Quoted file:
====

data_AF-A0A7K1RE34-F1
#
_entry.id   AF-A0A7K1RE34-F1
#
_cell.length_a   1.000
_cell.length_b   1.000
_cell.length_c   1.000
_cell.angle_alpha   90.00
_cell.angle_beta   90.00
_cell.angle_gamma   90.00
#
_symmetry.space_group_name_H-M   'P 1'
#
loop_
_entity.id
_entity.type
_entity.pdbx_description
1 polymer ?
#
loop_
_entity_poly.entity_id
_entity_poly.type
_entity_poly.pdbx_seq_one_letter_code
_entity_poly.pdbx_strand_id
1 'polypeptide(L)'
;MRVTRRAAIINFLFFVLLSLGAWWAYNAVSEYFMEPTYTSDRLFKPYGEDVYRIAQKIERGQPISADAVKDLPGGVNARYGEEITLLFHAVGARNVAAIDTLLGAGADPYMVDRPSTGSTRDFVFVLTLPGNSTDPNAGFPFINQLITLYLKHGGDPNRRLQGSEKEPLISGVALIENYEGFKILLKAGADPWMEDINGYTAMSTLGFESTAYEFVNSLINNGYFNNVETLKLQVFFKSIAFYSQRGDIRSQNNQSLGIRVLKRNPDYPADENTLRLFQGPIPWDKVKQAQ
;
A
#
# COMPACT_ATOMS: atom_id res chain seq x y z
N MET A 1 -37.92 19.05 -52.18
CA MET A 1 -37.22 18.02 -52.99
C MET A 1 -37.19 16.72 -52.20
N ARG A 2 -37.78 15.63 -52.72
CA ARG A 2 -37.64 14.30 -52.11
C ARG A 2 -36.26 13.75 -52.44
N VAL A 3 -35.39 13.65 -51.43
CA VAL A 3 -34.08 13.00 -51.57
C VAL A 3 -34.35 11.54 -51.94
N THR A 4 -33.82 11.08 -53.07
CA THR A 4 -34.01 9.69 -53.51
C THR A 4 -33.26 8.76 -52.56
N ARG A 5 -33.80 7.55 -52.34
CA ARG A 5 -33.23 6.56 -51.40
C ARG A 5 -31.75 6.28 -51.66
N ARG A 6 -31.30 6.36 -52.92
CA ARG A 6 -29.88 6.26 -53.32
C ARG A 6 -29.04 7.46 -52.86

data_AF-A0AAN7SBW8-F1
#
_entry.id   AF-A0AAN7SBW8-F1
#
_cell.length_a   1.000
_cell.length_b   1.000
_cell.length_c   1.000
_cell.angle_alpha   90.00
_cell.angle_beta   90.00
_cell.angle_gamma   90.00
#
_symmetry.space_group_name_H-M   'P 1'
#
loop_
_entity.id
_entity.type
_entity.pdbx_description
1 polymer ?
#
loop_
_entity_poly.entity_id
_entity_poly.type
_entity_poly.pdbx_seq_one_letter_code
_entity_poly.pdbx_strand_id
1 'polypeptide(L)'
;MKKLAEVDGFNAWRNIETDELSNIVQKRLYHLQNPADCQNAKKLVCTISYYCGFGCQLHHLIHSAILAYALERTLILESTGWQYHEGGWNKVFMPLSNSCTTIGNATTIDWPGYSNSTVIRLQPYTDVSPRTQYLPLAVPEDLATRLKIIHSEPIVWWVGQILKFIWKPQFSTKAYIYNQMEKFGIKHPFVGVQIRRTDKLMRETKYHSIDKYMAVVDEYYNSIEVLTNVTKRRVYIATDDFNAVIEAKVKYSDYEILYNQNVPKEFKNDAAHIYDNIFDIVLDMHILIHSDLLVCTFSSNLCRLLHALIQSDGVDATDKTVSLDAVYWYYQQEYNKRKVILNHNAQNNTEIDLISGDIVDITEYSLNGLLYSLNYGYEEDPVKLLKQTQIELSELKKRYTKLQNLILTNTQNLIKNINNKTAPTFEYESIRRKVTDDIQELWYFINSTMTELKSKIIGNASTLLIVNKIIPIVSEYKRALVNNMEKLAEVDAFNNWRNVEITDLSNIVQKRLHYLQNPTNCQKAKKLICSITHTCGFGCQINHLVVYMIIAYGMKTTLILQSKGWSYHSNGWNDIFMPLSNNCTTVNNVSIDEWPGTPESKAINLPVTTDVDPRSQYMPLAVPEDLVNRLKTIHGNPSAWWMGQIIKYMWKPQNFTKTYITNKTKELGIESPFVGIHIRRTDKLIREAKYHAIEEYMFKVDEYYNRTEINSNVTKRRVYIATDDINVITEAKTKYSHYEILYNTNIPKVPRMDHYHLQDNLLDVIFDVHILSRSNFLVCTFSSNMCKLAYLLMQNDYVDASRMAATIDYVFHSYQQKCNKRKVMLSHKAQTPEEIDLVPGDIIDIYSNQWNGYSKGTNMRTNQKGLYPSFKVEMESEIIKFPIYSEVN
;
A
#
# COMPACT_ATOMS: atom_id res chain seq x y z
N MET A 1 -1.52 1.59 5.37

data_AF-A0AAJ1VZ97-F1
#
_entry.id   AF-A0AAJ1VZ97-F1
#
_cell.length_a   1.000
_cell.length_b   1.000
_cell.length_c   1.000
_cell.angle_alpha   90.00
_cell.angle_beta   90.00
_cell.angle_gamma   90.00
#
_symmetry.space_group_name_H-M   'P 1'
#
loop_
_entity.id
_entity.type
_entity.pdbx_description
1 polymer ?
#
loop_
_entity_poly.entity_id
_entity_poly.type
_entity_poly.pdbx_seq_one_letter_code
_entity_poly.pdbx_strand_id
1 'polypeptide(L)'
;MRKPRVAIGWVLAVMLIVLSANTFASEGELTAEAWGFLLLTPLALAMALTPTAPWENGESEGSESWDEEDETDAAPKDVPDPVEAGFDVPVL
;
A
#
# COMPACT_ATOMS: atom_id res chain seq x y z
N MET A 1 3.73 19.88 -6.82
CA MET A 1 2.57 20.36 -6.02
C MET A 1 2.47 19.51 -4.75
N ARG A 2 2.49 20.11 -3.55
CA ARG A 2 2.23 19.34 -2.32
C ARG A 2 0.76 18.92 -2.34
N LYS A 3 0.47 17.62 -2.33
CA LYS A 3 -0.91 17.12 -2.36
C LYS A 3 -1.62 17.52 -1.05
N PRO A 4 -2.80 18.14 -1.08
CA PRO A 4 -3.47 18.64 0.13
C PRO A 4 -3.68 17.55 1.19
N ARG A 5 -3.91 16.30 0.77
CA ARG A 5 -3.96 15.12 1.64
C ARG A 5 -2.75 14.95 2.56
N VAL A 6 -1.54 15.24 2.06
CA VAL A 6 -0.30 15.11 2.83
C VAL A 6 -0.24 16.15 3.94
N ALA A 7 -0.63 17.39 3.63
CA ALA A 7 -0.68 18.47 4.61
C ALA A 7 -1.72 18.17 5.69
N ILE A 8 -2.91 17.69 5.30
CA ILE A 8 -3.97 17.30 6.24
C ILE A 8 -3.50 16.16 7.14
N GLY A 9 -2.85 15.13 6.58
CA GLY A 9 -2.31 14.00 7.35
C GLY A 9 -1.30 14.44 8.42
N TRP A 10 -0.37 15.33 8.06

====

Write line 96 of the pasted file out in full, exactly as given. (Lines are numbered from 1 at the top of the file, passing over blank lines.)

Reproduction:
_entity.pdbx_description